ADIFF Review – The Lure

Sister mermaids Golden (Michalina Olszańska) and Silver (Marta Mazurek) find their way to land and it is not long before they are employed in a strip club, showing off the fact that their legs become tails when exposed to water. When Silver falls for Mietek (Jakub Gierszal) the mermaids’ life becomes more complicated, as Mietek doesn’t want to be with a mermaid, and Golden reminds her sister that if she gives her heart to a man and he falls for another, she will be turned into sea foam. Oh, and the sisters eat humans… And there is a lot of singing.

The easiest way to describe The Lure is as a version of ‘The Little Mermaid’, set in 1980s Poland, with disco music set pieces, murder and romance. Still with me? Good. There is a lot to love about the wonderfully and wilfully bonkers debut from director Agnieszka Smoczynska, not least the music.

Michalina Olszańska and Marta Mazurek play the cannibalistic mermaids with aplomb. Both actresses seem to relish the versatility of their roles, swinging from charming and innocent to bloodthirsty and violent in a moment, and without such strong central performances, the film would not work. This is Ron Howard’s Splash with murderous mermaids, and the two lead actresses work well with one another, and in creating characters that are sexual, violent and mysterious. The rest of the cast features Kinga Preis, Andrzej Konopka, Jakub Gierszal and Zygmunt Malanowicz.

The story of the film is obviously inspired by the tale of The Little Mermaid – not the Disney version, but the far darker original story by Hans Christian Anderson – and as such, Robert Bolesto’s screenplay deals with lust, love, infatuation, removal of a mermaid’s tail and the threat of being turned into sea foam if love is not requited. Of course, Bolesto adds in the more predatory idea that the mermaids eat humans; and disco music. The screenplay is full of smart dialogue and although there are holes in the story as a whole, the entire film is so bonkers and madcap that this almost doesn’t matter.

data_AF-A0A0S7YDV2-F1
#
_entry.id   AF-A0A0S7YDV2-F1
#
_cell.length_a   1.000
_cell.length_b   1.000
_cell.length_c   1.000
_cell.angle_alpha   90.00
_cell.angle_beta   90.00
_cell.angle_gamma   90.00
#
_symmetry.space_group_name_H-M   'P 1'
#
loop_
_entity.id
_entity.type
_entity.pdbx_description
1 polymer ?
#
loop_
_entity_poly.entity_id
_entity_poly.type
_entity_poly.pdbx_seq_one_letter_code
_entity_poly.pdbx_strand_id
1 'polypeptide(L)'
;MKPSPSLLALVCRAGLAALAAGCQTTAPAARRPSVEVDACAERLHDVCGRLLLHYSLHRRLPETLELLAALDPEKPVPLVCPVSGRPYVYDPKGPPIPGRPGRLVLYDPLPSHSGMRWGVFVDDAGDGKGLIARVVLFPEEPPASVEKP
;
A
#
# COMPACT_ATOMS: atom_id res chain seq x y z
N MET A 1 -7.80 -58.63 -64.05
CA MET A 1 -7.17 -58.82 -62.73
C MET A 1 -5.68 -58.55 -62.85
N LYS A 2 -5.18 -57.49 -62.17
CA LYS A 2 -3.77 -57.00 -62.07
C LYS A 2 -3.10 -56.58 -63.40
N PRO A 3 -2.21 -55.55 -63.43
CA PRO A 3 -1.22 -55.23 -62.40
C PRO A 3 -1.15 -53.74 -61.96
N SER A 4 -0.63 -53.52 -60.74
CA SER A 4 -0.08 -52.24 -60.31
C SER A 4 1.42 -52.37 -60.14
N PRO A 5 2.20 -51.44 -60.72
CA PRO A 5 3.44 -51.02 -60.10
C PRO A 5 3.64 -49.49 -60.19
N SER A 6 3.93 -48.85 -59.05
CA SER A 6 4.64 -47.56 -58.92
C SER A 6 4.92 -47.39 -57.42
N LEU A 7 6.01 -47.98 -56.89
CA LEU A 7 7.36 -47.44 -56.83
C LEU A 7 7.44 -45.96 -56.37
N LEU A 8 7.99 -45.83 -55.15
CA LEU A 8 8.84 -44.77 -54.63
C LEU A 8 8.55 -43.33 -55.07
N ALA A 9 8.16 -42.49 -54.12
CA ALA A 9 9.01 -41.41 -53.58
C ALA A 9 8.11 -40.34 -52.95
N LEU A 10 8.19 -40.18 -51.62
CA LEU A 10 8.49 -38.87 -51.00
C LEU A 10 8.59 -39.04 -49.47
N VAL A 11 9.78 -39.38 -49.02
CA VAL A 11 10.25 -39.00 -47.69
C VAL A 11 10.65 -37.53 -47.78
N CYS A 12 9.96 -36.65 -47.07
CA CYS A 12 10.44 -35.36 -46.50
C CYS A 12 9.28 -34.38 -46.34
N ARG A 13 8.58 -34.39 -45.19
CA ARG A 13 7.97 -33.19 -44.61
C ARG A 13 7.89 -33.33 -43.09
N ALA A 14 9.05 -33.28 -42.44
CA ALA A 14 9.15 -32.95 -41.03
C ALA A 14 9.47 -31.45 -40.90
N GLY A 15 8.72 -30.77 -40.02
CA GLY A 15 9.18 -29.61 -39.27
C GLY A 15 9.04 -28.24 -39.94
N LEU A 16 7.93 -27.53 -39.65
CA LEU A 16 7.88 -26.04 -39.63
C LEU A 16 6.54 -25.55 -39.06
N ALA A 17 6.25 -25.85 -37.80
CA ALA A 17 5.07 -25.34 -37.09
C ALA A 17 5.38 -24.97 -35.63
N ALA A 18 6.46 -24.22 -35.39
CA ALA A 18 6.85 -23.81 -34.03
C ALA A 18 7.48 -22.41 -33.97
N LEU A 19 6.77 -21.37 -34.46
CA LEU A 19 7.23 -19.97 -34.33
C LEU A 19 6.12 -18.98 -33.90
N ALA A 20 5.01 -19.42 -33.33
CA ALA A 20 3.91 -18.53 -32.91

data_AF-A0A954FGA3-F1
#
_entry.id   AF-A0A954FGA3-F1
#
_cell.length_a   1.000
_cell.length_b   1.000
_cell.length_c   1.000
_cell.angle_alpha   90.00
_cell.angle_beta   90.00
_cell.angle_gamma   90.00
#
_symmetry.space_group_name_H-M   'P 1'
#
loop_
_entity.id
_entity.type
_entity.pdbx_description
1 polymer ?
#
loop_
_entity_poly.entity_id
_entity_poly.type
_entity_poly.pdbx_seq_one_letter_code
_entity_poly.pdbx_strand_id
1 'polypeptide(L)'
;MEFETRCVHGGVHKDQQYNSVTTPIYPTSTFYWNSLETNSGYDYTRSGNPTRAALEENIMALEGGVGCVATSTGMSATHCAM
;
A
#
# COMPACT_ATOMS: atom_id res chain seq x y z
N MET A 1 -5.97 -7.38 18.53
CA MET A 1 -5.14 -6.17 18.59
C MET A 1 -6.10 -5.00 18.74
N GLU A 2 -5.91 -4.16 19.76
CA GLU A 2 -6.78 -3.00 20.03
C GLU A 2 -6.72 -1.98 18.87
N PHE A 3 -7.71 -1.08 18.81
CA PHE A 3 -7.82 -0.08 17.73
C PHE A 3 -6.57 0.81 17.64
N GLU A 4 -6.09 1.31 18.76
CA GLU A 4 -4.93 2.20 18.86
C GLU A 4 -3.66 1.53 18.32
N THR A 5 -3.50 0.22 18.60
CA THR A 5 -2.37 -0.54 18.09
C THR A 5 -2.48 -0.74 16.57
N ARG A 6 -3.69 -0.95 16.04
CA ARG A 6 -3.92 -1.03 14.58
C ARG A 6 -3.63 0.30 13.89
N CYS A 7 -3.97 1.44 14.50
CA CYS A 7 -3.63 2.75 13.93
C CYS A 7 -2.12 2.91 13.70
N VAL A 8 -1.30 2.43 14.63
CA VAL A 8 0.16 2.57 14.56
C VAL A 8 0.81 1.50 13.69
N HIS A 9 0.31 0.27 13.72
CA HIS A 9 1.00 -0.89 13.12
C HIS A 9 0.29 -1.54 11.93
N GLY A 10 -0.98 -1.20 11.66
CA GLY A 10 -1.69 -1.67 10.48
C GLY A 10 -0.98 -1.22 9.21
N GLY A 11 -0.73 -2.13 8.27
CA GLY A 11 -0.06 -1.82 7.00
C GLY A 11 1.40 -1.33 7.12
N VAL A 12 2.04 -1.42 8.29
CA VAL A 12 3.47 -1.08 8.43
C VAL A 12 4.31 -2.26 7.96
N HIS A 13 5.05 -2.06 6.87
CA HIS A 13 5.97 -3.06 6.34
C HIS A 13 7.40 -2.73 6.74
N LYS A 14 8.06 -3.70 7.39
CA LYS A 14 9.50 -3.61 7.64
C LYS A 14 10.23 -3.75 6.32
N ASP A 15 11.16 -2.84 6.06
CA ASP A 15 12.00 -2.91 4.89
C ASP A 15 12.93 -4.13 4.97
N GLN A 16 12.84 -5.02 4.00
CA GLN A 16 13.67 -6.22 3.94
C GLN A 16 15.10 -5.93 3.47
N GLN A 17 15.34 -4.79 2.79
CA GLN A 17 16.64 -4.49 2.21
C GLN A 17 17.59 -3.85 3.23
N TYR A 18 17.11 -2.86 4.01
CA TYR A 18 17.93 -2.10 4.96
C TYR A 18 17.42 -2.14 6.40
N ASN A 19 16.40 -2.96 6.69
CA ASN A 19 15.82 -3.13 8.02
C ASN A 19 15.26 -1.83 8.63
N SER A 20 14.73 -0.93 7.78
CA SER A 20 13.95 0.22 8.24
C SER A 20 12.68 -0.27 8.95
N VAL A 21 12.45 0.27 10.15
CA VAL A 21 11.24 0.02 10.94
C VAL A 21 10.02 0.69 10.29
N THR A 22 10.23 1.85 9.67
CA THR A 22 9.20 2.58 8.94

As director, Agnieszka Smoczynska plays up the sexuality of the mermaids – as well as their being anatomically unequipped to do anything about their desire – and the odd and over the top idea that this gore fest is actually a musical. The singing set pieces are well performed, and provide a strong contrast to the darker and more violent side of the story. The two sides are well combined however, to make an affecting, moving and engaging whole.

In all, The Lure is a glittery, bloodsoaked version of The Little Mermaid with songs… In Polish. The entire affair is bonkers and over the top, while remaining engaging, moving and very gory. The Lure is a wild and manic treat, just don’t think too much about the plot holes.

Rating: 4/5

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